float_val: 3.93207240105
  }
}

root@f07eec53fd95:/serving# exit

It works! The server successfully classifies your cat image!

Part 2: Deploy in Kubernetes

In this section we use the container image built in Part 0 to deploy a serving cluster with Kubernetes in the Google Cloud Platform.

GCloud project login

Here we assume you have created and logged in a gcloud project named tensorflow-serving.

$ gcloud auth login --project tensorflow-serving

Create a container cluster

First we create a Google Container Engine cluster for service deployment.

$ gcloud container clusters create inception-serving-cluster --num-nodes 5
Creating cluster inception-serving-cluster...done.
Created [https://container.googleapis.com/v1/projects/tensorflow-serving/zones/us-central1-f/clusters/inception-serving-cluster].
kubeconfig entry generated for inception-serving-cluster.
NAME                       ZONE           MASTER_VERSION  MASTER_IP        MACHINE_TYPE   NODE_VERSION  NUM_NODES  STATUS
inception-serving-cluster  us-central1-f  1.1.8           104.197.163.119  n1-standard-1  1.1.8         5          RUNNING

Set the default cluster for gcloud container command and pass cluster credentials to kubectl.

$ gcloud config set container/cluster inception-serving-cluster
$ gcloud container clusters get-credentials inception-serving-cluster
Fetching cluster endpoint and auth data.
kubeconfig entry generated for inception-serving-cluster.

Upload the Docker image

Let’s now push our image to the [Google Container Registry] (https://cloud.google.com/container-registry/docs/) so that we can run it on Google Cloud Platform.

First we tag the $USER/inception_serving image using the Container Registry format and our project name,

$ docker tag $USER/inception_serving gcr.io/tensorflow-serving/inception

Next we push the image to the Registry,

$ gcloud docker -- push gcr.io/tensorflow-serving/inception

Create Kubernetes Deployment and Service

The deployment consists of 3 replicas of inception_inference server controlled by a Kubernetes Deployment. The replicas are exposed externally by a Kubernetes Service along with an External Load Balancer.

We create them using the example Kubernetes config inception_k8s.yaml.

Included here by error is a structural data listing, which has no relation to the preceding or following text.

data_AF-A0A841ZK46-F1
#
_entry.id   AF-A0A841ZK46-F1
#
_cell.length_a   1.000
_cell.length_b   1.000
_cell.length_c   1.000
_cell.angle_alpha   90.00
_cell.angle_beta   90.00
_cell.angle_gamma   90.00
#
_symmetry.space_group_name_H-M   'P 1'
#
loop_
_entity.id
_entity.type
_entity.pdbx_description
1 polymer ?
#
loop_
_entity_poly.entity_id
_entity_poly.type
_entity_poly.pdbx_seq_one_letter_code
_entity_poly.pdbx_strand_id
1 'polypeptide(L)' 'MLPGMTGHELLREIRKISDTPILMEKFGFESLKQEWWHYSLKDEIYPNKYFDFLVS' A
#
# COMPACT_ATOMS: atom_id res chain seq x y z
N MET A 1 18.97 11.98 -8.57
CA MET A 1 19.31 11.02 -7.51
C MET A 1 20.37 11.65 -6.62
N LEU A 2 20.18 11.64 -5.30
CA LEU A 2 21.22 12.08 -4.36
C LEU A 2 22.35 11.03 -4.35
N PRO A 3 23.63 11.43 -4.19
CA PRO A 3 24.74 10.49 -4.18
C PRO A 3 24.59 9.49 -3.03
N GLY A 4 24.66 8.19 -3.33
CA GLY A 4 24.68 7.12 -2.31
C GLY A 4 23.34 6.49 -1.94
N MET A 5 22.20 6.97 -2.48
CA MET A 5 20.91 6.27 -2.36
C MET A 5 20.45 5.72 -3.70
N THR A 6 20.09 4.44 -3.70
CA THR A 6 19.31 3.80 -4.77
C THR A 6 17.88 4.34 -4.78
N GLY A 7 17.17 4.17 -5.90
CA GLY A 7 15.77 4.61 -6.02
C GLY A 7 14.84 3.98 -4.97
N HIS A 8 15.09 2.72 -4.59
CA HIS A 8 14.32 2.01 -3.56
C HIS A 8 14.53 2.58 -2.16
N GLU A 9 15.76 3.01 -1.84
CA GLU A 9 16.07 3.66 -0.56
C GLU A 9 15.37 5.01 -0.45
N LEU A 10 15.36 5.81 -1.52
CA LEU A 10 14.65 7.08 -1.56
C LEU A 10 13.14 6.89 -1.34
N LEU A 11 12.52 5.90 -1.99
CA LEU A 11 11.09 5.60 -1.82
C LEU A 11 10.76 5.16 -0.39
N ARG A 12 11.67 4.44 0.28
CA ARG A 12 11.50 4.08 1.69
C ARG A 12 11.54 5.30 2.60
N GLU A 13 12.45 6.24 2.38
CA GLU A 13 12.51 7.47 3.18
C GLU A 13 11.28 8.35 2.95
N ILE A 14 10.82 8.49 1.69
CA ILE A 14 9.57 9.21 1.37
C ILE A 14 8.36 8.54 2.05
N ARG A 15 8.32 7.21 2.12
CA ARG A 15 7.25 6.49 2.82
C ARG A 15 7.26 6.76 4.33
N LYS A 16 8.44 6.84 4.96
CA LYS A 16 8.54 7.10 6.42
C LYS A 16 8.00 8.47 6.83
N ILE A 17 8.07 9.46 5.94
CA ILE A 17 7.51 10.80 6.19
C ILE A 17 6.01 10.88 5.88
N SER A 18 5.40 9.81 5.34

$ kubectl create -f tensorflow_serving/example/inception_k8s.yaml
deployment "inception-deployment" created
service "inception-service" created

To view status of the deployment and pods:

$ kc get deployments
NAME                    DESIRED   CURRENT   UP-TO-DATE   AVAILABLE   AGE
inception-deployment    3         3         3            3           5s
$ kubectl get pods
NAME                         READY     STATUS    RESTARTS   AGE
inception-deployment-bbcbc   1/1       Running   0          10s
inception-deployment-cj6l2   1/1       Running   0          10s
inception-deployment-t1uep   1/1       Running   0          10s

To view status of the service:

$ kubectl get services
NAME                    CLUSTER-IP       EXTERNAL-IP       PORT(S)     AGE
inception-service       10.239.240.227   104.155.184.157   9000/TCP    1m

It can take a while for everything to be up and running.

$ kubectl describe service inception-service
Name:			inception-service
Namespace:		default
Labels:			run=inception-service
Selector:		run=inception-service
Type:			LoadBalancer
IP:			10.239.240.227
LoadBalancer Ingress:	104.155.184.157
Port:			<unset>	9000/TCP
NodePort:		<unset>	30334/TCP
Endpoints:		<none>
Session Affinity:	None
Events:
  FirstSeen	LastSeen	Count	From			SubobjectPath	Type		Reason		Message
  ---------	--------	-----	----			-------------	--------	------		-------
  1m		1m		1	{service-controller }			Normal		CreatingLoadBalancer	Creating load balancer
  1m		1m		1	{service-controller }			Normal		CreatedLoadBalancer	Created load balancer

The service external IP address is listed next to LoadBalancer Ingress.

Query the model

We can now query the service at its external address from our local host.

$ bazel-bin/tensorflow_serving/example/inception_client --server=104.155.184.157:9000 --image=/path/to/my_cat_image.jpg
outputs {
  key: "classes"
  value {
    dtype: DT_STRING
    tensor_shape {
      dim {
        size: 1
      }
      dim {
        size: 5
      }
    }
    string_val: "tiger cat"
    string_val: "Egyptian cat"
    string_val: "tabby, tabby cat"
    string_val: "lynx, catamount"
    string_val: "Cardigan, Cardigan Welsh corgi"
  }
}
outputs {
  key: "scores"
  value {
    dtype: DT_FLOAT
    tensor_shape {
      dim {
        size: 1
      }
      dim {
        size: 5
      }
    }
    float_val: 9.5486907959
    float_val: 8.52025032043
    float_val: 8.05995368958
    float_val: 4.30645561218
    float_val: 3.93207240105
  }
}

You have successfully deployed Inception model serving as a service in Kubernetes!